This application is being submitted to PA-18-591 in accordance with NOT-OD-18-195. The goal of this administrative supplement is to expand our currently funded research involving Down syndrome (DS) as a model of neurodegeneration and to better understand potential mechanisms for enhanced xenobiotic toxicity observed in this population. Our research (R01 ES027593) is aimed at testing the working hypothesis that environmental exposures contribute to cognitive phenotype variability in DS via disrupted thiol redox signaling and control due to enhanced basal levels of cellular stress and mitochondrial dysfunction. In addition to the cellular stress that we have observed in DS using patient-derived cell lines, our laboratory and others have found that cells from DS individuals display enhanced toxicity to a variety of agents. As DS affects the entire body, cellular stress impacting hepatocytes could alter efficiency and specificity of metabolic enzymes within this cell type, providing mechanistic insight into the sensitivity of the DS population to xenobiotics and pharmaceuticals. Therefore, an additional factor that may contribute to enhanced toxicity in DS is the distinct possibility that xenobiotic biotransformation systems in DS may differ considerably compared to euploid individuals. Furthermore, xenobiotic biotransformation processes can both eliminate or enhance the toxicity of xenobiotics and pharmaceutical agents; thus, it is vital to understand any differences in biotransformation in the DS population, which will better inform the scientific community as to potential adverse events pertaining to both xenobiotic and pharmaceutical agent exposure. Due to these observations it is hypothesized that, because of alterations in cellular proteostasis and redox status, both of which can impact protein expression and function, DS individuals will display altered hepatic xenobiotic biotransformation compared to euploid controls. A single aim has been proposed that will investigate this innovative concept and will determine alterations in basal expression, protein abundance and activity of a variety of xenobiotic biotransformation enzymes. Also, the four xenosensor transcription factors will also be assessed for any differences in activation, gene inducibility, and the impact that the fungicide maneb has on induction of the xenobiotic response. Finally, as per the Notice, NOT-OD-18-195, the research proposed here and within our currently funded R01 (R01 ES027593) are completely appropriate and data generated are likely to translate into new therapeutic approaches (component 1 of INCLUDE project objectives). Given that 100% of DS patients have cognitive deficits, understanding the mechanistic differences in cell death in this population is important. Also, since the phenotype of DS individuals at birth is a predictor of the severity of pathologies in later adult years, this research will begin to answer the question that pertains to whether phenotypic variations at birth and later life prognosis can be predicted from cell viability and vulnerability.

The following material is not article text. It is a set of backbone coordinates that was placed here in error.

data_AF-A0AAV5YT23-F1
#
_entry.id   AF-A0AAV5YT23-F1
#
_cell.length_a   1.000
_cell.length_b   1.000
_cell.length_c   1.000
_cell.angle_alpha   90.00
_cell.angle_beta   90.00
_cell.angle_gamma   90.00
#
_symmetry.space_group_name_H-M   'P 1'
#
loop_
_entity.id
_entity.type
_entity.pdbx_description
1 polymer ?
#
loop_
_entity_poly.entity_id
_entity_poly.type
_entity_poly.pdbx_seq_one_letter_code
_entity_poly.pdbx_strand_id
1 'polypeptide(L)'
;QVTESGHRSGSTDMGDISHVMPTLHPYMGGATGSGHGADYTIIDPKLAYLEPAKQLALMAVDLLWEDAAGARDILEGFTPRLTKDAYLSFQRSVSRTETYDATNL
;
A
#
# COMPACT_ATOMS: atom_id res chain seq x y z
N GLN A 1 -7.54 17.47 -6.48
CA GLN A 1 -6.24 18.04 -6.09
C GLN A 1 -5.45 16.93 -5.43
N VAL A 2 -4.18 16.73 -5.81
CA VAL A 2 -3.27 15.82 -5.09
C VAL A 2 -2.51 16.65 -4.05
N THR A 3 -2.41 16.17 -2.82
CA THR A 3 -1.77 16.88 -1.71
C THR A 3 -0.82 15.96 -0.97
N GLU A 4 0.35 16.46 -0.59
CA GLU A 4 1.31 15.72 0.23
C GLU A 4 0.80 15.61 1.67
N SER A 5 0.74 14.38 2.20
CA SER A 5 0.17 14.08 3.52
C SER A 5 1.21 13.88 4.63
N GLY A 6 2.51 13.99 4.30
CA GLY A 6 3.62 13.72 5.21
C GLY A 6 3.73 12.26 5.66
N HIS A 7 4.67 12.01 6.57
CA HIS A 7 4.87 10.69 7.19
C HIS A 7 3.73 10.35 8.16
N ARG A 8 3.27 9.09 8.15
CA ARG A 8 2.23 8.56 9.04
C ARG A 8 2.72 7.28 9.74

Down syndrome individuals have a variable phenotype that includes Alzheimer?s disease (AD) and dementia. Exposure to toxic chemicals in the environment is predicted to contribute to this variability. Therefore, this project will investigate the role that exposures and chemical detoxification systems have in the development of early onset AD through the study of Down syndrome.
|Anderson, Colin C; Aivazidis, Stefanos; Kuzyk, Crystal L et al. (2018) Acute Maneb Exposure Significantly Alters Both Glycolysis and Mitochondrial Function in Neuroblastoma Cells. Toxicol Sci 165:61-73|
|Aivazidis, Stefanos; Coughlan, Christina M; Rauniyar, Abhishek K et al. (2017) The burden of trisomy 21 disrupts the proteostasis network in Down syndrome. PLoS One 12:e0176307|